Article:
end of the semester

Tonight was glaze night for the class with which I’ve been helping for the winter term. Not many showed up, which seemed like par for the course-it was a strange class. I glazed 10 smallish bowls I had thrown, intending some for theĀ  Empty Bowls charity fundraiser coming up. I tossed out 6 with nasty s-cracks in the bottom. That’s a lot, but maybe I rushed them to dry. John was getting a kiln ready to fire and without many people asking questions we went outside where I watched him finish the kiln load. I’ve been hanging around that kiln shed for the better part of 16 years or so. While John finagled the shelf space, wondering out loud how tightly he should pack it to make sure he had enough of what was still coming down the line for the last few classes, I sat and thought about the friends I had made and how many had come and gone since I came on the scene. John talked about some that had come and gone before me, but who I knew from studio lore. We talked about gardening and cameras, the quality of students and the little things about the studio. It was just one of those slow, pleasant evenings. John thanked me again for coming out and helping for so long. I realized that even when the students are more difficult helping out there is kind of a break for me. I don’t have to worry whether or not I’m getting the things done around the house that need doing, or really worrying about any of my own problems, but I’m there answering questions and hanging out with my friends. My family, really, as John and Diane have become more than just friends. They’ve given me so much in support and advice that I can’t possibly ever repay. I made a little joke about not being able to make stuff again until fall and John asked me to come back over the summer. The short semester starts mid-June and only runs 8 weeks or so, but I think I’ll try to get back.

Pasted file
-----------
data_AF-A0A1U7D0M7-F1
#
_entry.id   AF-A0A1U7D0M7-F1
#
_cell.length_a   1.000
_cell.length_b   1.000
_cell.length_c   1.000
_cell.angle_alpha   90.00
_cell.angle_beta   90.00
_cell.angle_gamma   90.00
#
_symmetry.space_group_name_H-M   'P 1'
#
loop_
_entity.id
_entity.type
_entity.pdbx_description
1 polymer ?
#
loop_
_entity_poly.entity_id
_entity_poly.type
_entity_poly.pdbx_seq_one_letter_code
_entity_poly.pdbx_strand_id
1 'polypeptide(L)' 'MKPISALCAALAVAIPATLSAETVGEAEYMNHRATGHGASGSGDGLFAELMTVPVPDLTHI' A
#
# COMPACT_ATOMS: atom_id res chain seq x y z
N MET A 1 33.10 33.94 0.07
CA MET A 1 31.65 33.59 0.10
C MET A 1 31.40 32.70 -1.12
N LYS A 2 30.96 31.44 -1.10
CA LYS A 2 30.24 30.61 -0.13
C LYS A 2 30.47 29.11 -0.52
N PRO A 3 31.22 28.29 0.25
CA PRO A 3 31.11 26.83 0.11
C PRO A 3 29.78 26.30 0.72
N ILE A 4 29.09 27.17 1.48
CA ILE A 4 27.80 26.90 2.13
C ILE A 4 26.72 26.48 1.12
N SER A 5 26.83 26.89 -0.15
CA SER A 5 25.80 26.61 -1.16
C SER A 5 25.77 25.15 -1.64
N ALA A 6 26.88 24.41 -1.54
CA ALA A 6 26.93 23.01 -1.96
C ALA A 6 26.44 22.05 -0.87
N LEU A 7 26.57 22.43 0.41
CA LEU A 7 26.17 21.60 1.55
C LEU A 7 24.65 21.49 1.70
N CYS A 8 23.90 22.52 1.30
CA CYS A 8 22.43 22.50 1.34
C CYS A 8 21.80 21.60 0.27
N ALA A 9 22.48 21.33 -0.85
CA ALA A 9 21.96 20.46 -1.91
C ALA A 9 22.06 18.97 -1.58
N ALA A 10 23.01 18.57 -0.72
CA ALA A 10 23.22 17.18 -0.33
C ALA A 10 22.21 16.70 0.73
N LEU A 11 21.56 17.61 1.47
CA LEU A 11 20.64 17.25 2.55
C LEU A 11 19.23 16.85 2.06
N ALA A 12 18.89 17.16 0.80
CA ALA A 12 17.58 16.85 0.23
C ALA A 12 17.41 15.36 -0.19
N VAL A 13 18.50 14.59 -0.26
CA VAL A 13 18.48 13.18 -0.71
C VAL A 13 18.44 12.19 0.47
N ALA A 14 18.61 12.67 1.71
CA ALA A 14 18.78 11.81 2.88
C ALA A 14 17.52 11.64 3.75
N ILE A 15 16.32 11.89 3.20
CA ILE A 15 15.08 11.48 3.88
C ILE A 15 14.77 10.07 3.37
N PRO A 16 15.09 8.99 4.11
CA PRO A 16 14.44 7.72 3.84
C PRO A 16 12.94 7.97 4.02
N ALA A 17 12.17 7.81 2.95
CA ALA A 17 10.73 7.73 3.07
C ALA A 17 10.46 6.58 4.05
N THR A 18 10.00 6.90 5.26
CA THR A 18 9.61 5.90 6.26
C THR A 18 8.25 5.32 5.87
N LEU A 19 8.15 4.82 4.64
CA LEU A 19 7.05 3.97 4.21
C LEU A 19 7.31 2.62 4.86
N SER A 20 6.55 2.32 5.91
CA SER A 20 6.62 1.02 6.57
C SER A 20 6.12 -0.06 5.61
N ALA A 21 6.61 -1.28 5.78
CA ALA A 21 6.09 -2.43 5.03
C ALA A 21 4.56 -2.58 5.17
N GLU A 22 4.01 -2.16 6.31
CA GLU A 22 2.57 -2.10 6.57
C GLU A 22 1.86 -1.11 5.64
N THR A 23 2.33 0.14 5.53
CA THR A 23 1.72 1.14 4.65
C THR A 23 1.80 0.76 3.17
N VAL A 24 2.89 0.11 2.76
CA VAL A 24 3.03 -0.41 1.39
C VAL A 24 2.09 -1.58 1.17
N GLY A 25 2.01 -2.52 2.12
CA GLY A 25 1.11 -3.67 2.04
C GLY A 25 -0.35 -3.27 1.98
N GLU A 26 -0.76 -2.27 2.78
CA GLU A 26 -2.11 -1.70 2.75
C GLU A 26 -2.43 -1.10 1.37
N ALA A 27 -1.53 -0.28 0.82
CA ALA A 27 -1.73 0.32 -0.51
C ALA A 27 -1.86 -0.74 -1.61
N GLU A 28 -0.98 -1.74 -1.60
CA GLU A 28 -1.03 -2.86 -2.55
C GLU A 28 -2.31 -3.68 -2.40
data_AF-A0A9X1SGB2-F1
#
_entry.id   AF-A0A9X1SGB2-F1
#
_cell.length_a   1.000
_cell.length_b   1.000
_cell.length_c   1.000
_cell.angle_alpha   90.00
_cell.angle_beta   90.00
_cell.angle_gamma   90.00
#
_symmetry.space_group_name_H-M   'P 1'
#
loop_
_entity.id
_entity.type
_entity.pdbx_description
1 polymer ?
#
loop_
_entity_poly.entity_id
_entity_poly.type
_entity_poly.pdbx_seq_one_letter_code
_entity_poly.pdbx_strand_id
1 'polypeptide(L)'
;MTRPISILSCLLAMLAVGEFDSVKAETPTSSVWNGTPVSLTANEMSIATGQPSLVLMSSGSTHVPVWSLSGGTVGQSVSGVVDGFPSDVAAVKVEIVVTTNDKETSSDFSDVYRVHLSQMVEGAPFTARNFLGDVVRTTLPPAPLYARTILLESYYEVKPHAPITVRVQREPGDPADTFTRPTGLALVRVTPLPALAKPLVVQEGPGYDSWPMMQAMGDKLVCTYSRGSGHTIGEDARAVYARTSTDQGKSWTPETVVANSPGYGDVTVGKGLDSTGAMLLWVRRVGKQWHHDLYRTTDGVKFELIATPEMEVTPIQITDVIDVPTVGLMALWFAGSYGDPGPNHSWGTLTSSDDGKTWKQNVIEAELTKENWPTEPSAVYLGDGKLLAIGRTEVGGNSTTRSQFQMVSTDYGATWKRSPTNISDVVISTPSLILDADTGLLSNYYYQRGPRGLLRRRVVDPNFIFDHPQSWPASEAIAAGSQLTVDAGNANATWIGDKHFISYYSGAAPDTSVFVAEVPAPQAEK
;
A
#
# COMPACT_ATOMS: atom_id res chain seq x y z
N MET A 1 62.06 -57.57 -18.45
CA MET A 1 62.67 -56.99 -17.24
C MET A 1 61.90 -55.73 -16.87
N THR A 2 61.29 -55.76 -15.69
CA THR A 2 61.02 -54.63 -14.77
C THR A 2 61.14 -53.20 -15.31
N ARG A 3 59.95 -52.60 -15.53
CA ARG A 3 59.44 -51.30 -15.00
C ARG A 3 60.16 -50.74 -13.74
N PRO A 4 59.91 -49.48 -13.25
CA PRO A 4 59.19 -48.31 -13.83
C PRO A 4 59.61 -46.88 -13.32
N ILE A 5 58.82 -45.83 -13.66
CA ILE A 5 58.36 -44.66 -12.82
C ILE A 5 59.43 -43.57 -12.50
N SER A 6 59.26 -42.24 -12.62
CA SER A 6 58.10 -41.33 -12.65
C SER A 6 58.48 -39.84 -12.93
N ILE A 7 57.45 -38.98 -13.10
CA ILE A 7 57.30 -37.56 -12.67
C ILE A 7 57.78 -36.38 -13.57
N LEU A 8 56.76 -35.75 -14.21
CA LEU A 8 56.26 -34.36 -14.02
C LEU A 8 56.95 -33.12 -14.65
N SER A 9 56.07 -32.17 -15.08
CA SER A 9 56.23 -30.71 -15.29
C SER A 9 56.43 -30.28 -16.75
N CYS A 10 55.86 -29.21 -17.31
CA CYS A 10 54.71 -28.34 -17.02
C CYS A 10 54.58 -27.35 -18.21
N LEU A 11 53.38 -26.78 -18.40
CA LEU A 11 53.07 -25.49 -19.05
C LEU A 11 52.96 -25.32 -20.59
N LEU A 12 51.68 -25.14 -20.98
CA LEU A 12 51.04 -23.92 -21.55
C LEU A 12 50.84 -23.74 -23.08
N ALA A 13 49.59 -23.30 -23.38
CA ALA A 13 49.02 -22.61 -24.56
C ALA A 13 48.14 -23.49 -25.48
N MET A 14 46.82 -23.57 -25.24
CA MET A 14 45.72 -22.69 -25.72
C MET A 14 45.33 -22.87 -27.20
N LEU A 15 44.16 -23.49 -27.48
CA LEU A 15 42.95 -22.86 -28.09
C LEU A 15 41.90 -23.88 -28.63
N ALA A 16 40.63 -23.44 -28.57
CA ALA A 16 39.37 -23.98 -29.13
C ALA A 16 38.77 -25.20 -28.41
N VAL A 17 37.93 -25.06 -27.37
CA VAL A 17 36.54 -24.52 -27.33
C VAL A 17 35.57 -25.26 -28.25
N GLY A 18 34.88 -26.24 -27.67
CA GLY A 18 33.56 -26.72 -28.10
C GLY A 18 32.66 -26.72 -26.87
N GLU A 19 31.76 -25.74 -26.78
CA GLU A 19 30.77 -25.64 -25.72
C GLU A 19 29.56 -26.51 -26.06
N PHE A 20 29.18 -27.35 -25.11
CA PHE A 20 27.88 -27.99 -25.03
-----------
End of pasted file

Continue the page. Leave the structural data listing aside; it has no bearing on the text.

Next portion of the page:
Dustin showed up and we talked music and John smoked his pipe while the kiln pre-heated. One of the advanced students I don’t know came out and asked a question. A bit later she came back and asked another. I gave her some advice and it occurred to me that I actually do know quite a bit about general ceramic knowledge that I can use to help people. I often forget that I know, and still think of myself as sort of a newb. I’ve heard the quote several times from Malcom Gladwell that it takes 10,000 hours or 10 years of repetition to become an expert at anything, although I haven’t yet read his book. Maybe I’m getting close to that, although I wouldn’t claim to be an expert just yet. I do surprise myself sometimes. Sam Wilson, my drawing professor at the U for the foundation class said something that stuck with me. Maybe I’ve written this before, but it bears repeating. He said you start off in art ripping other people off, because it’s all you can do. He said the secret was to keep ripping people off long enough until you have a body of work and can start ripping yourself off. It was sort of the tongue-in-cheek humor that he seemed to like best, but it did have a point. Lately I’ve been thinking about my early stuff when I was trying hard to be an artist. Maybe there’s something there I should revisit.

I suppose I’ll go out Saturday morning and see how my bowls turned out, have a last Saturday afternoon lunch with Jack and maybe Chuck for a few weeks until the summer semester starts. Maybe by then I’ll think of something I can rip off from my early work.